April 2008

Hiroshi Kobayashi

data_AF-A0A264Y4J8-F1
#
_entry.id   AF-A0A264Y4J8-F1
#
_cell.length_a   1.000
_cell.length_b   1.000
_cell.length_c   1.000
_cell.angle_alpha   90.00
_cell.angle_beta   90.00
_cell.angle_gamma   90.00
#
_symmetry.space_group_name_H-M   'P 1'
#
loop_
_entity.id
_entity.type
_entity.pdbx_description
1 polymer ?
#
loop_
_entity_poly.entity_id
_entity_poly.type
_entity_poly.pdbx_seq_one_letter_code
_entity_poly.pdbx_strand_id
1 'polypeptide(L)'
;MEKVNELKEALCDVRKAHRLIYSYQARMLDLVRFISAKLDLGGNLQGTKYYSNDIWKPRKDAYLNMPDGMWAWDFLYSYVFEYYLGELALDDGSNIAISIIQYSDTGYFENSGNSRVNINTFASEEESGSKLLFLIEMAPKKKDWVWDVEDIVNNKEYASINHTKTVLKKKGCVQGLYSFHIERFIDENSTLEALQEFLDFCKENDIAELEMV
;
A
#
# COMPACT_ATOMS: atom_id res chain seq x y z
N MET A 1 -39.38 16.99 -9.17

Shigeko Bork Mu Project<br /><br />Washington, D.C.<br /><br />Hiroshi Kobayashi takes cuddly stuffed pandas, teddy bears and kittens as his subjects, but these aren’t feel-good paintings. He wrenches them into acrobatic positions that suggest dancing or sex or violence, photographs them floating in space, and then reproduces the images in oil or acrylic on canvas. Strangely charming and funny, the works smartly invoke debauched innocence without resorting to narratives of disturbed childhood.<br /><br />Using a photorealistic technique, Kobayashi renders many of his twisted toys in a kid-friendly palette of lavender, baby blue, and teal. In the sprawling <em>Spring Rain</em> (2007), a Raggedy Ann doll carries a basket of what could be Easter eggs as other toys in various contortions float about. The antiseptic white background lends the scene an anxious feeling of dislocation.<br /><br />Other works have faint horizontal lines stretching across the canvas as if Kobayashi were depicting the toys as seen on video. The exquisite <em>Jelly</em> (2007) shows a lime green panda sitting in a field of red lines with the shiny, viscous quality of raspberry jelly. These works focus more on design than on figuration, and Kobayashi pulls them off with panache.<br /><br />Crowded into two small rooms, the show had only one problem – its narrow range. The Tokyo-based artist is also a talented sculptor, and he deserves greater exposure.<br /><br />–Roger Atwood